To all appearances, then, it would be hard to reconcile Cassill’s advice with that offered in Uncreative Writing. Besides the shared fact of their origins in classroom teaching, the two books seem to have precious little in common. Nevertheless, Cassill’s traditional and fully institutionalized “how-to” guide also embraces textual reproduction as part of its regime of writing exercises. Although he favors emulation over “mechanical borrowing or stealing” and warns his readers that “[w]riting is not just typewriting” (Cassill 1962, p. 3)—a claim in direct conflict with a work like Goldsmith’s Day—Cassill recognizes the literary benefits of “outright copying or imitation” (ibid., p. 6). In a subsequent section, he recommends that readers reproduce the last two pages of a story printed in its entirety in Writing Fiction. This act of textual cloning is merely offered as a “finger exercise,” a means to another end rather than proper literary work. In principle, however, Cassill’s copying task is identical to the “Retyping Five Pages” assignment in Uncreative Writing. From this perspective, it is tempting to regard the process of producing Day as an oversized rendition of what has for some time now been a simple and uncontroversial piece of literary advice.

Even more surprising, however, given his earlier self-expressive imperative, is Cassill’s theoretical justification of the copying exercise, which posits literary production as inherently derivative:

If I have begun by advocating some rather dry and mechanical forms of imitation, let me conclude by saying that imitation shades very gradually into all works that we properly think of as original. There cannot be, and probably there should never be, any piece of fiction that does not derive from other literary works, though the connections between one piece and whatever served as a model may be infinitely subtle and varied. (ibid., p. 56)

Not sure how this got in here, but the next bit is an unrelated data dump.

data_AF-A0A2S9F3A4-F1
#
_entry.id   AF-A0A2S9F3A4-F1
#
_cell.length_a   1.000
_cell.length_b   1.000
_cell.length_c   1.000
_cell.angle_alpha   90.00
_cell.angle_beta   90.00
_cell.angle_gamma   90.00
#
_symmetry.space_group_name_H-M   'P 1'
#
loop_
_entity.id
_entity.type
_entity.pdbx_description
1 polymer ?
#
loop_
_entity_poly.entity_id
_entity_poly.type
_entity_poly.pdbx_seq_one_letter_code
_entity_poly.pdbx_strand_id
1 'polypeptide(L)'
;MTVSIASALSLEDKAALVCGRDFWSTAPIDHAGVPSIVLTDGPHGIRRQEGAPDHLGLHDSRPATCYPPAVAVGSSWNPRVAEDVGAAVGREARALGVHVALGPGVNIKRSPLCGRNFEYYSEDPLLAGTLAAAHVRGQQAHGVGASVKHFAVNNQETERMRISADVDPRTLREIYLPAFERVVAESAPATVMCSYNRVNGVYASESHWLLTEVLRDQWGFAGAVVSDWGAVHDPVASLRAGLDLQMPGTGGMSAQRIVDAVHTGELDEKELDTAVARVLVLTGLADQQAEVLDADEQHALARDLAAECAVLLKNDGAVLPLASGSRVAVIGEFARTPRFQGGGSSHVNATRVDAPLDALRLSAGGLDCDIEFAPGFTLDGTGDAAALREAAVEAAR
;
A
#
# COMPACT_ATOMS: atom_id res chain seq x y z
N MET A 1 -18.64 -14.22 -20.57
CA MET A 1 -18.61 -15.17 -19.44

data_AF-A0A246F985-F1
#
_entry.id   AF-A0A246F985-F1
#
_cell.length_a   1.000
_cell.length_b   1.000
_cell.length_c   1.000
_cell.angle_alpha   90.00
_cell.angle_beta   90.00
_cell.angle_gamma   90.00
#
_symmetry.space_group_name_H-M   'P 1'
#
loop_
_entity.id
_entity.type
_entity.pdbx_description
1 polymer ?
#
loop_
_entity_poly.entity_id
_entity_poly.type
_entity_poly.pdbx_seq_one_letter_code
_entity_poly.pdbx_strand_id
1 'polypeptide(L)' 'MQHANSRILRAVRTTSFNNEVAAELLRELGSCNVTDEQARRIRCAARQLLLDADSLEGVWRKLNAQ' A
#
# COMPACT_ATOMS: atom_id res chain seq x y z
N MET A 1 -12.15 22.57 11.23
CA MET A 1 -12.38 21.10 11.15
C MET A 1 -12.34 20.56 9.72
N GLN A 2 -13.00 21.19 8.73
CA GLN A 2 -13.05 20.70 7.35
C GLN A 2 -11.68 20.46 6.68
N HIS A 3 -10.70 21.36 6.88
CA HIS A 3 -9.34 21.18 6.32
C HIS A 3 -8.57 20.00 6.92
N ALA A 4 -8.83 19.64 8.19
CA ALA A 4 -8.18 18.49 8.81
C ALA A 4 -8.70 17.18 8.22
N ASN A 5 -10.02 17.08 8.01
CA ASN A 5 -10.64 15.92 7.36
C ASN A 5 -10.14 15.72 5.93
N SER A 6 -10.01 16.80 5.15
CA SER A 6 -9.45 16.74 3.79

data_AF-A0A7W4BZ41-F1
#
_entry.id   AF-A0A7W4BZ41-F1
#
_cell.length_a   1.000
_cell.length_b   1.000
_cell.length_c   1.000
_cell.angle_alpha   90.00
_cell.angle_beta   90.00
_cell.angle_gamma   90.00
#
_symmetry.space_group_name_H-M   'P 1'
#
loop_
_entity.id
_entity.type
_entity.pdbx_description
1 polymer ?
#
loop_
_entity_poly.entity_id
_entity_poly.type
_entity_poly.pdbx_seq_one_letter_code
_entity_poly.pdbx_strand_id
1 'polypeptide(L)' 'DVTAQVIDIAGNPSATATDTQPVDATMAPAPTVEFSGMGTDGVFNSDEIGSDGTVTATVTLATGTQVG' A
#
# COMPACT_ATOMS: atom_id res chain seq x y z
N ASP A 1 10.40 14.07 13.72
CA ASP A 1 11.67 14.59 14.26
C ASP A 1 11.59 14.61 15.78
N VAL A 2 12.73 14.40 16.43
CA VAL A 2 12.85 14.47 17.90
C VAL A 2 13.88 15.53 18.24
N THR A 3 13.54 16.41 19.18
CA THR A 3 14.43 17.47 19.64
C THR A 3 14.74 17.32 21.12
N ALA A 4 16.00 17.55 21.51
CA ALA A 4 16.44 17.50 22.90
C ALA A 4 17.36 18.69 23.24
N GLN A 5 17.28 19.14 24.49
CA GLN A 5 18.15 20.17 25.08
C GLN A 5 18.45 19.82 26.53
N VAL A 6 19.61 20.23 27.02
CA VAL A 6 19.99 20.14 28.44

Were we to isolate the first part of his second sentence, replacing “fiction” with “conceptual writing,” and “literary works” with “verbal matter,” we would essentially extract a recipe for Goldsmith’s practice. All the same, Cassill’s conception of original literature as the offshoot of mimetic processes—a proposition going at least as far back as Voltaire’s pronouncement that “originality is nothing but judicious imitation” (1786, p. 410)—suggests a very different take on the utility of textual reproduction. Cassill treats copying as a stepping stone, something that ultimately paves the way to self-expressive writing. For Goldsmith, in contrast, copying is the writing: from the point of view of pedagogy, this is all an aspiring writer needs to learn in order to start working. The rift between these methodologies becomes obvious when considering the fact that Cassill also instructs his readers to perform the copying exercise without keeping their eyes on the source text. They are encouraged, instead, to test their memory for the composition of sentences and paragraphs, and to hone their “sensitivity to style” so as to utilize their “memory of language and its resources in various combinations” (Cassill 1962, pp. 55–56). In Writing Fiction copying is not performed for its own sake, as it is in Uncreative Writing; rather, textual reproduction evolves into the imitative assimilation of other writers’ styles.